• Generally presents in earlier stages than CHD and without B symptoms (most common is asymptomatic peripheral lymphadenopathy)
      • Rare (5% of HD cases), more likely to be men, improved response to treatment in terms of achieving remission, progressive disease, and mortality [8]
  • Staging Laparotomy
    • Risk of abdominal involvement is related to age, gender, clinical stage (I/II vs. III/IV), symptoms (A vs. B), number of sites (1 vs. >2)
    • Staging laparotomy is now rarely performed due to use of systemic chemotherapy (laparotomy not indicated) and unlikeliness to alter management or change outcome in early stage disease [9]

Treatment (Adults only)

  • General Principles of Therapy
    • overall 5 year survival of Hodgkin’s disease in the US is 84% [1]
    • Systemic Chemotherapy consists mainly of ABVD (doxorubicin, bleomycin, vinblastine, dacarbazine).
      • ABVD was found to be superior to MOPP (mecholrethamine, vincristine, procarbazine, prednisone) based on improved outcomes and decreased toxicity, particularly infertility and secondary malignancies [10]
      • Regimens under investigation include BEACOPP and Stanford V [11]
    • Radation therapy - fields are disease location specific and described below
  • Recommendations [11]
    • Early Favorable (CHD) – Stage IA or Stage IIA disease
      • Systemic chemotherapy +/- radiation therapy
      • Majority receive ABVD + involved field radiation therapy
      • >90% achieve longterm disease free state[10]
      • The focus of current trials is to reduce long-term complications while maintaining high cure rates [10]
    • Early Stage (Stage IA or IIA) Nodular Lymphocyte Predominant HD (NLPHD)
      • Radiation therapy alone, also very responsive to chemotherapy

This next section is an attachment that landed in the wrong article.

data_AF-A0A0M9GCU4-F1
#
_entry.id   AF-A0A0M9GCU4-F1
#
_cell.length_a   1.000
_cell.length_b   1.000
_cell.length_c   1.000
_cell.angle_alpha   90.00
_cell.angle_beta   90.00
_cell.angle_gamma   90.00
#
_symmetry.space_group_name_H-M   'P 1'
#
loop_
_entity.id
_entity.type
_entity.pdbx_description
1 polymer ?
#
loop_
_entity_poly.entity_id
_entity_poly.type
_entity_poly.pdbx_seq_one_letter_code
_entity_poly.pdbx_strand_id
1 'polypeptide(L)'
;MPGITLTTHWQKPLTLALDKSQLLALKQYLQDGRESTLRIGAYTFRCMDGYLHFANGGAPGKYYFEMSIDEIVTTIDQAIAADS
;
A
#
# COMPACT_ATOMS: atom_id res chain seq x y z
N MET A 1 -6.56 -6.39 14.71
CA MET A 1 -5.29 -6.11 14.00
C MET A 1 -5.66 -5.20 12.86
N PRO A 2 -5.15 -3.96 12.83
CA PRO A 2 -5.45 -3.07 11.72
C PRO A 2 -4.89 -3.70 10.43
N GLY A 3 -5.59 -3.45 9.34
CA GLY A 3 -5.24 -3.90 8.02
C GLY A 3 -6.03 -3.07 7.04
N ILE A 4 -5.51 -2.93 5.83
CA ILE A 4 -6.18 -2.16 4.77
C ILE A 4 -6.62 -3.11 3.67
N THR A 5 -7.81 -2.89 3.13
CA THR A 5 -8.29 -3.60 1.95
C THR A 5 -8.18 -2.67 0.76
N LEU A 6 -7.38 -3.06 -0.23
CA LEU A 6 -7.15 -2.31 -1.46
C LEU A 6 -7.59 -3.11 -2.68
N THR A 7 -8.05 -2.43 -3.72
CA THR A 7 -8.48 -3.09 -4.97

• >90% cure, relapses also curable
      • Very favorable prognosis
    • Early Unfavorable (CHD) - Stage I or Stage II plus B symptoms or risk factors
      • Systemic chemotherapy +/- radiation therapy
      • Majority receive ABVD + involved field radiation therapy
      • Trials comparing differing combinations (ABVD or BEACOPP, 20 Gy or 30 Gy, 4 or 6 cycles of ABVD) show no differences in overall survival or event-free survival
    • Advanced Disease – Stage III or Stage IV
      • Systemic chemotherapy
      • Majority in the US receive ABVD regimens
      • Cure rates of >85% possible with high-dose regimens but with high toxicity (acute and long-term)
      • Consolidative radiation offers no benefit, although is sometimes used in select cases
      • High Dose Intensity: High dose BEACOPP offers improved rates of freedom from treatment failure and overall survival but with high hematologic toxicity
      • Current research aims to identify patients for high dose therapy using PET response and International Prognostic Score (described above), thereby reducing unnecessary toxicity
    • Relapsed Disease
      • Combination chemotherapy if after radiation therapy alone